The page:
Overall U.S. housing starts fell 0.8 percent in August, with the entire decline coming in multifamily units, which fell 6.5 percent. Most of that drop was in apartments, which have seen a great deal of supply come on the market in many parts of the country. Single family starts rose 1.6 percent to an 851,000-unit seasonally adjusted annual rate, according to monthly data released by the U.S. Census Bureau and HUD.
Wells Fargo Economics Group says August starts “were likely only minimally impacted by Hurricane Harvey. The storm hit in the last week of August and may have cut into starts in Houston, which has long been the number one market for single-family starts and also one of the top markets for apartment construction.”
Single-family housing starts continue to trend higher. The three-month moving average for single-family starts is at a post-recession high of 849,000. Through the first eight months of 2017, single-family starts are 8.9 percent ahead of their year-ago pace. By contrast, multi-family starts through August are running 9.9 percent below their pace in the same period of 2016.
The monthly housing starts and permit-issuance data are reported on a seasonally adjusted annualized basis, meaning the monthly figures reflect how many homes would be built in a year if that month’s pace was maintained for the entire year. Single-family starts averaged an 849,000-unit annual rate over the past three months, which is close to the pace averaged this year.
Year-to-date, single-family permits are nearly 11% higher compared to this time in 2016, representing an additional 54,400 permits for a total of 564,000 thus far this year.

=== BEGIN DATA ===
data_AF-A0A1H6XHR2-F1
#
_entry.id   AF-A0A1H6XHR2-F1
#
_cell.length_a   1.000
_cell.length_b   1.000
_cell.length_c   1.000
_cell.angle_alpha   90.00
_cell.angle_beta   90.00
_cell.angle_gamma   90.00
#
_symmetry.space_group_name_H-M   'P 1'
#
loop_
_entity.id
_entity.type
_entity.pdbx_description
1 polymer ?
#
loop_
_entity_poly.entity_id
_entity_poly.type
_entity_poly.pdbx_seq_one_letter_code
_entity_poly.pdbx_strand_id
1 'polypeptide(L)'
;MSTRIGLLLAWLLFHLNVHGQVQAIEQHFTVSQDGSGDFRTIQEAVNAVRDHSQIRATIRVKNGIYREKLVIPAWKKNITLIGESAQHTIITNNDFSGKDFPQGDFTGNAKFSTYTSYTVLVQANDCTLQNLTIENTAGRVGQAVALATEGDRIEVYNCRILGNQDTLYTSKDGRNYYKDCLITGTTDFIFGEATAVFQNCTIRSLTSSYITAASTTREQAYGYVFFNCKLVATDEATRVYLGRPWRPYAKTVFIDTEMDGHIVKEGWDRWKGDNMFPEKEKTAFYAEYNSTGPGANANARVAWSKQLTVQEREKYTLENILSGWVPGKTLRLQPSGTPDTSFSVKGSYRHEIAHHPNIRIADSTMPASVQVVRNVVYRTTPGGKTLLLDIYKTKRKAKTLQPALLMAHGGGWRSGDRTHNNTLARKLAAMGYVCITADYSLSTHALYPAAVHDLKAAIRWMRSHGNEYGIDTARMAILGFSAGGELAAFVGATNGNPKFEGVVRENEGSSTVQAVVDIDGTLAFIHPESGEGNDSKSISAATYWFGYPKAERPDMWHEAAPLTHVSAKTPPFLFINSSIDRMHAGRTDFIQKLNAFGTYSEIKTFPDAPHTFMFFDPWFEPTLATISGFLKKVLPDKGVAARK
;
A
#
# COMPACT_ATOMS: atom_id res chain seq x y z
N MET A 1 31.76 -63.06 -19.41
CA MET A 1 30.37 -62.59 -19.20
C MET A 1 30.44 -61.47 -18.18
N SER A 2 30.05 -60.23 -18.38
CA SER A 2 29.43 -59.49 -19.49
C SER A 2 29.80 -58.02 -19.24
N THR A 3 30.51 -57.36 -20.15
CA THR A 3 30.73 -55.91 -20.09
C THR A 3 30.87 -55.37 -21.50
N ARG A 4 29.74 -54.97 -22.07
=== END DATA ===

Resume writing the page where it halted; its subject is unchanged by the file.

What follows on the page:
“These data are consistent with recent trends in the NAHB/Wells Fargo measure of single-family builder confidence and NAHB’s forecast of modest single-family construction growth in 2017,” writes Robert Dietz, chief economist for the National Association of Home Builders. “However, we can expect volatility ahead, as the counties affected by Hurricanes Harvey and Irma represent about 14% of national single-family production.
Wells Fargo’s analysis adds national data to the warning. “We suspect single-family starts are set to slow. Permits for new single-family homes have been running at just an 808,000-unit pace for the past three months, or 4.8 percent below single-family starts.
“Hurricanes Harvey and Irma will also likely slow starts in coming months, as resources are redirected toward repairs and rebuilding efforts. Texas and Florida account for about 25 percent of the nation’s single-family starts, so new-home production lost there is likely to weigh heavily on the national data.”
Wells Fargo points out that multi-family starts may be primed for some a bounce. Multi-family permits jumped 19.7 percent in August, to a 500,000-unit annual pace. Permits had averaged a 461,000-unit pace over the past three months – a whopping 32.8 percent ahead of multi-family starts.